Scandinavian journal of clinical and laboratory investigation

The relationship between on-clopidogrel platelet reactivity, genotype, and post-percutaneous coronary intervention outcomes in Chinese patients.

PMID 25594796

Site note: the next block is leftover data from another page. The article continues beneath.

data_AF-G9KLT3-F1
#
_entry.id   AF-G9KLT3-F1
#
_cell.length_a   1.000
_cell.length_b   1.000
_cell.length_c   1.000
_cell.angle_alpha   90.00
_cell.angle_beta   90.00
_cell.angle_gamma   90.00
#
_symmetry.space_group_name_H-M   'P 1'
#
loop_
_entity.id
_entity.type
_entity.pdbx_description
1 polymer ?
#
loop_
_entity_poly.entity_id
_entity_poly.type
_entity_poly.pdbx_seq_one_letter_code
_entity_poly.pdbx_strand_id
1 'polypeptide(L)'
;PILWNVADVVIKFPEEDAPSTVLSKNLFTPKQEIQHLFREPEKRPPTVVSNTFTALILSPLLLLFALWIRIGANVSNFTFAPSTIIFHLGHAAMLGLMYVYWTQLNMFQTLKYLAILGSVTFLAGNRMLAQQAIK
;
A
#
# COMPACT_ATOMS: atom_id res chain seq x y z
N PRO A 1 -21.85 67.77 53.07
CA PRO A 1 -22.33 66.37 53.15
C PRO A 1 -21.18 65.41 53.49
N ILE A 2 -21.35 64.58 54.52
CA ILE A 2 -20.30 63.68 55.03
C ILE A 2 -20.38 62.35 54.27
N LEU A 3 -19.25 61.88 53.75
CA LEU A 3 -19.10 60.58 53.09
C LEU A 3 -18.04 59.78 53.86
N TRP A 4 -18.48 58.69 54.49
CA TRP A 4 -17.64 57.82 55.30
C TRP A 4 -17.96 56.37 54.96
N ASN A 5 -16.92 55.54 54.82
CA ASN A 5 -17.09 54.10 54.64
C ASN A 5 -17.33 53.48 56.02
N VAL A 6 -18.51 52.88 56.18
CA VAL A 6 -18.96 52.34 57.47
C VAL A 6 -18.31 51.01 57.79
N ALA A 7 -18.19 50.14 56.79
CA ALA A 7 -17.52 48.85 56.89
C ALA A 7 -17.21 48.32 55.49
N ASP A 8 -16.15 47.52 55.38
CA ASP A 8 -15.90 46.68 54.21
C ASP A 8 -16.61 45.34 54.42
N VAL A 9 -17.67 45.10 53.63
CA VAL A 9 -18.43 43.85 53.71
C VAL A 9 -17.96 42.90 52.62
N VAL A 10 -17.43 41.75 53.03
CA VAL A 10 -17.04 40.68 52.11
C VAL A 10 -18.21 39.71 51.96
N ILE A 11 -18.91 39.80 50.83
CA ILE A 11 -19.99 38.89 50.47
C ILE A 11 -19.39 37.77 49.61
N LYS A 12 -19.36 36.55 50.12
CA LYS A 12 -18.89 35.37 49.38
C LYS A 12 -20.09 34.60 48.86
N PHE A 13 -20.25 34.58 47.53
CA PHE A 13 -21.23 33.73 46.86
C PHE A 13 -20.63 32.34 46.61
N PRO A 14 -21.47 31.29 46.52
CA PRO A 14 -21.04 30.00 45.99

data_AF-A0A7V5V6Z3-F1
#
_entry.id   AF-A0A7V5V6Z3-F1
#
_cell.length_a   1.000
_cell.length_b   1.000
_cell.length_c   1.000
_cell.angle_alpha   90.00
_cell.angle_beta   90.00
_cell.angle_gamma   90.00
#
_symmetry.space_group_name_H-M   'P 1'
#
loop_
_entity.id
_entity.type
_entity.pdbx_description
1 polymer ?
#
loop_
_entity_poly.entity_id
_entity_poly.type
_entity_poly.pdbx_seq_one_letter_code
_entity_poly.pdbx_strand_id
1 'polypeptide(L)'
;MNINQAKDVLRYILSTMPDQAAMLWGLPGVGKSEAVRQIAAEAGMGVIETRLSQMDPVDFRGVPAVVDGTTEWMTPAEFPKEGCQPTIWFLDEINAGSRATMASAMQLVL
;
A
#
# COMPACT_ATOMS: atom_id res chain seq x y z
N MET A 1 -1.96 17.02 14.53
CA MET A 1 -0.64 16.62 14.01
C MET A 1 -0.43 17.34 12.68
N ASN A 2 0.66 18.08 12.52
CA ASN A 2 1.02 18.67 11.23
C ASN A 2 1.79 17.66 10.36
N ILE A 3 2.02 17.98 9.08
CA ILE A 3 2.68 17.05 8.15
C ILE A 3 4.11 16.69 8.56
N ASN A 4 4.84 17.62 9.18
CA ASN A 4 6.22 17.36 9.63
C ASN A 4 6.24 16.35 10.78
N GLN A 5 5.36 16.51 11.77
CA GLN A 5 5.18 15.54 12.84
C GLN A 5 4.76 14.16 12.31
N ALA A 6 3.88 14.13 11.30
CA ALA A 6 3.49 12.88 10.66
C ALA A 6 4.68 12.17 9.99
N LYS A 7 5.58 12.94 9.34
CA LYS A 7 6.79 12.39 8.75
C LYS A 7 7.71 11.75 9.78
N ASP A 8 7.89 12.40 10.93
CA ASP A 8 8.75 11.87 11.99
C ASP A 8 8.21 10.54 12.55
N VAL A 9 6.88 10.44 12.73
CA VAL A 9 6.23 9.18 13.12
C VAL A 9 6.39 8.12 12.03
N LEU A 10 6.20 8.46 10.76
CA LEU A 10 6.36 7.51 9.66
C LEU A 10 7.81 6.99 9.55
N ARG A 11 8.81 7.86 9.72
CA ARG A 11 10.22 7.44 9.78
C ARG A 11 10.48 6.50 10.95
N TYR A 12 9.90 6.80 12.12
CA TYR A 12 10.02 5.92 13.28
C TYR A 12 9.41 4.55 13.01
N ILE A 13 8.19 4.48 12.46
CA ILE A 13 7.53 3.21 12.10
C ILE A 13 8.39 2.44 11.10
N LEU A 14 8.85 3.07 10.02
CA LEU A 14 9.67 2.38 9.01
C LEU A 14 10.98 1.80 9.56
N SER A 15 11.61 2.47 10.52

High on-clopidogrel platelet reactivity reflects a poor response to clopidogrel and is associated with ischemic events, which has been attributed to several factors such as demographic, clinical characteristics and a polymorphism of CYP2C19. Some new platelet assays monitoring on-clopidogrel platelet reactivity are currently available in China, but their relevance to the CYP2C19 genotype and post-percutaneous coronary intervention outcomes remain to be elucidated. Patients were prospectively included if they had a successful percutaneous coronary intervention (PCI) for acute coronary syndrome (ACS) and received clopidogrel and aspirin. CYP2C19 loss-of function genotype, adenosine diphosphate (ADP)-induced maximum platelet aggregation rate (MPA ADP) measured by light transmittance aggregometry, ADP-induced platelet-fibrin clot strength (MA ADP) measured by thrombelastography, platelet reactivity index (PRI) measured by vasodilator-stimulated phosphoprotein phosphorylation (VASP), and the occurrence of 6-month major adverse cardiovascular events (MACE) were assessed in 178 patients. High on-treatment platelet reactivity prevalence defined by MPA ADP > 46.0%, MA ADP > 47 mm and PRI > 50.0% was 27.0%, 24.2%, and 61.2%, respectively. ADP-specific assays (VASP PRI) differed according to CYP2C19 genotype, with a significant gene-dose effect (PMs > IMs > EMs, p < 0.05). Multivariate analysis showed MPA ADP > 46.0% and MA ADP > 47 mm to be independent predictors of MACE at 6 months. CYP2C19 loss-of function genotypes with the *2 and/or *3 allele are highly prevalent in the Chinese population and are associated with higher residual platelet reactivity. High on-treatment platelet reactivity defined by MPA ADP or MA ADP predicts an increased risk of MACE for ACS patients undergoing PCI.